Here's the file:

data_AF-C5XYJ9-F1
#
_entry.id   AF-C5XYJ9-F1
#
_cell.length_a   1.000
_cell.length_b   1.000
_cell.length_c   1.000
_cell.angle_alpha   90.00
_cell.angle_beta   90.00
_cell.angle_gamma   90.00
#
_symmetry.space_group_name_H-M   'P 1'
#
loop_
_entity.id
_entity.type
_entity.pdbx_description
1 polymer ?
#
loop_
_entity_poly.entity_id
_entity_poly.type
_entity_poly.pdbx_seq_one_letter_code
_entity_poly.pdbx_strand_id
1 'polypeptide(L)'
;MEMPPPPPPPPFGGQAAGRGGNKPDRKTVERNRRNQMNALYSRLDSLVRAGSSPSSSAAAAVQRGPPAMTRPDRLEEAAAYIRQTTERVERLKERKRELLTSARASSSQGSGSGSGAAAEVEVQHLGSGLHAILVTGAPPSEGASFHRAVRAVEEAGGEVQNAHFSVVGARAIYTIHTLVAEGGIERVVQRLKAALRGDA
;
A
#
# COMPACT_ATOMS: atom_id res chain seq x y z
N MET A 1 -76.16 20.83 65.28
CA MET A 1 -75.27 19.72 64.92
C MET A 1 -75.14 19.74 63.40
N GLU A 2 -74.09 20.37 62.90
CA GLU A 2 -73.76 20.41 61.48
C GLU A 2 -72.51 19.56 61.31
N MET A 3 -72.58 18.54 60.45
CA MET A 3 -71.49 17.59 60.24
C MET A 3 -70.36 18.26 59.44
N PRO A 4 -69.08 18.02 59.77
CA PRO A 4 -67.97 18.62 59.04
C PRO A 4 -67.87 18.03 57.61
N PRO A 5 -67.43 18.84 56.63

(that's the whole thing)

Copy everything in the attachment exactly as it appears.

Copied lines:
data_AF-C5XYJ9-F1
#
_entry.id   AF-C5XYJ9-F1
#
_cell.length_a   1.000
_cell.length_b   1.000
_cell.length_c   1.000
_cell.angle_alpha   90.00
_cell.angle_beta   90.00
_cell.angle_gamma   90.00
#
_symmetry.space_group_name_H-M   'P 1'
#
loop_
_entity.id
_entity.type
_entity.pdbx_description
1 polymer ?
#
loop_
_entity_poly.entity_id
_entity_poly.type
_entity_poly.pdbx_seq_one_letter_code
_entity_poly.pdbx_strand_id
1 'polypeptide(L)'
;MEMPPPPPPPPFGGQAAGRGGNKPDRKTVERNRRNQMNALYSRLDSLVRAGSSPSSSAAAAVQRGPPAMTRPDRLEEAAAYIRQTTERVERLKERKRELLTSARASSSQGSGSGSGAAAEVEVQHLGSGLHAILVTGAPPSEGASFHRAVRAVEEAGGEVQNAHFSVVGARAIYTIHTLVAEGGIERVVQRLKAALRGDA
;
A
#
# COMPACT_ATOMS: atom_id res chain seq x y z
N MET A 1 -76.16 20.83 65.28
CA MET A 1 -75.27 19.72 64.92
C MET A 1 -75.14 19.74 63.40
N GLU A 2 -74.09 20.37 62.90
CA GLU A 2 -73.76 20.41 61.48
C GLU A 2 -72.51 19.56 61.31
N MET A 3 -72.58 18.54 60.45
CA MET A 3 -71.49 17.59 60.24
C MET A 3 -70.36 18.26 59.44
N PRO A 4 -69.08 18.02 59.77
CA PRO A 4 -67.97 18.62 59.04
C PRO A 4 -67.87 18.03 57.61
N PRO A 5 -67.43 18.84 56.63